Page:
DNA Medicine Institute Awarded NIH Grant for Emergency Point-of-Care Blood Sensor
CAMBRIDGE, Mass., March 9 The DNA Medicine Institute, a commercial organization focused on advancing human health through innovation, today announced that it has been awarded a Phase I Small Business Innovation Research (SBIR) grant from the National Heart, Lung, and Blood Institute (NHLBI) of the National Institutes of Health (NIH). The grant is designed to shrink technology found in large hospital hematology analyzers, typically the size of small refrigerators, to a tiny, palm-sized device. The emergency blood sensor is designed to make these tests readily available under any scenario and easily performed by minimally trained personnel. Applicable settings include hospitals, emergency rooms, physicians' offices, ambulances, global health clinics, and remote field locations. The Institute envisions this technology will be integrated into its Universal Blood Sensor platform, which is designed to perform all hospital tests on a handheld, point-of-care device.
"We are pleased that the NIH is supporting our efforts to develop a potentially transformative human diagnostics platform. The NHLBI understands the human impact of a point-of-care blood sensor that can diagnose acute blood loss, sepsis, and other critical health conditions," said Eugene Y. Chan, M.D., President and Chief Scientific Officer of the DNA Medicine Institute. "This funding will allow us to further innovations in the point-of-care diagnostics field and speed development of a technology that can be utilized to make a difference for those in need."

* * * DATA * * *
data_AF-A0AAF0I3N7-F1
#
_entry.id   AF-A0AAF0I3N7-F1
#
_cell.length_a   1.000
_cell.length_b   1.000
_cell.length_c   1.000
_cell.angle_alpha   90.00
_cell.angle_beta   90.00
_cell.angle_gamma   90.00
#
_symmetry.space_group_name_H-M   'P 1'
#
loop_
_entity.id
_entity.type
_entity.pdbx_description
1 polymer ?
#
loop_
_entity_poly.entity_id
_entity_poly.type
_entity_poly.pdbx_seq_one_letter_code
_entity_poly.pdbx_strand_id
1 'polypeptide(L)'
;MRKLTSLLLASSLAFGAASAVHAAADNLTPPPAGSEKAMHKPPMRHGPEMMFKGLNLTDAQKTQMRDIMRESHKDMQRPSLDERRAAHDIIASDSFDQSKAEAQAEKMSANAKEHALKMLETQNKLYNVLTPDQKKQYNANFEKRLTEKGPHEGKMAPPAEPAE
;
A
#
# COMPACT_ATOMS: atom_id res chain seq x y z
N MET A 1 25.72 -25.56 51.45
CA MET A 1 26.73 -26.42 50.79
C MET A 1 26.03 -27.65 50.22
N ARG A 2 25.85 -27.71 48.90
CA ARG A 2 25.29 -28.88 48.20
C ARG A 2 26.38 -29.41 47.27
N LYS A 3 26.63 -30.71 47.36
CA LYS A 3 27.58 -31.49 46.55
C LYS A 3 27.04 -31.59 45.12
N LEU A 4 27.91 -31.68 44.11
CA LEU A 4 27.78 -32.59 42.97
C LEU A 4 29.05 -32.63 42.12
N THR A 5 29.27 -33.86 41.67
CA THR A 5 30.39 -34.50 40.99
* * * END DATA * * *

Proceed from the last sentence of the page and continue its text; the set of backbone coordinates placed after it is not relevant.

About DNA Medicine Institute
The DNA Medicine Institute is a commercial organization whose mission is to advance patient care, alleviate human suffering, and treat disease through innovation. Founded by Eugene Y. Chan, M.D., its core beliefs are that successful, innovative commercial products can make a long-lasting impact on patient care. It currently does research on intuitive medical devices, smartly designed drugs, and powerful research instrumentation. One of these is the Universal Blood Sensor, a technology designed to perform a full health analysis of a person, anywhere, anytime, and with a single drop of blood. The DNA Medicine Institute's multi-faceted approach to innovation draws upon diverse fields including medicine, nanotechnology, genomics, biophysics, biochemistry, molecular biology, and advanced engineering. For more information, visit: www.dnamedinstitute.com.
SOURCE DNA Medicine Institute
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